Les Combarelles

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Site type:
Site function:
Habitation site, Decor cave
44.94, 1.04

Les Combarelles is a cave in Les Eyzies de Tayac, Dordogne, France, which was inhabited by Cro-Magnon people between approximately 13,000 to 11,000 years ago. Holding more than 600 prehistoric engravings of animals and symbols, the two galleries in the cave were crucial in the re-evaluation of the mental and technical capabilities of these prehistoric humans around the turn of the last century. In 1979, along with other nearby paleolithic sites and cave paintings, the cave was inscribed on the UNESCO World Heritage List as part of the Prehistoric Sites and Decorated Caves of the Vézère Valley.

Formed by an underground river, the cave is approximately 300 m (980 ft) long with an average width of 1 m (3.3 ft).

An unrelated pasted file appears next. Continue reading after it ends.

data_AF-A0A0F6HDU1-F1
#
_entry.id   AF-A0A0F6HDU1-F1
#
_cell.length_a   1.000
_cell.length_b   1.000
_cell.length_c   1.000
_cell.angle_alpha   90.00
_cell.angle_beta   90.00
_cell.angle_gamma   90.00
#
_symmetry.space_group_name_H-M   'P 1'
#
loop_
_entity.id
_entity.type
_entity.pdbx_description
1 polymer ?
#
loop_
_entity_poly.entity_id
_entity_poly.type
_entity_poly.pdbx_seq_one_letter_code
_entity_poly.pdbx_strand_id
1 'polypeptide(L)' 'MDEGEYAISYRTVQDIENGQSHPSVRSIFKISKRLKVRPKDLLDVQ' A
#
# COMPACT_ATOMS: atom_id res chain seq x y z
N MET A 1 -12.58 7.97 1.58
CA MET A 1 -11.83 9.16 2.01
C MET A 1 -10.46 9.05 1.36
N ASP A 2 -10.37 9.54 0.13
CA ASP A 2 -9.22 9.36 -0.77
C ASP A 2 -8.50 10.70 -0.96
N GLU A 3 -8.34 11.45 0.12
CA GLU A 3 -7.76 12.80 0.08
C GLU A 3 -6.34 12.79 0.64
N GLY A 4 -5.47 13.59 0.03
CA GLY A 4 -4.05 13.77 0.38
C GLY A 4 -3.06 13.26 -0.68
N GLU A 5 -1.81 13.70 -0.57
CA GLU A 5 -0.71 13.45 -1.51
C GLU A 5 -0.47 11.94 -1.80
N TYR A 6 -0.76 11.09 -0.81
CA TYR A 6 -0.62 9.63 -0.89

Radiocarbon dating of bones found in the cave indicates the cave was inhabited by Cro-Magnon people 13,680–11,380 years ago. During that period, these people produced hundreds of drawings on the sandy cave walls, traces of dye suggesting the engraved drawings were originally colored.

Scientists have identified 600–800 drawings of isolated animals and undecipherable tectiforms (i.e. upward-pointing wedges) in the cave. Horses appear most frequently in these drawings — isolated, in herds, and together with other animals — but the reindeer are famous for their naturalistic appearances — some of them drawn as if drinking water from the river flowing through the cave. Other animals include cave bears, cave lions, and mammoths.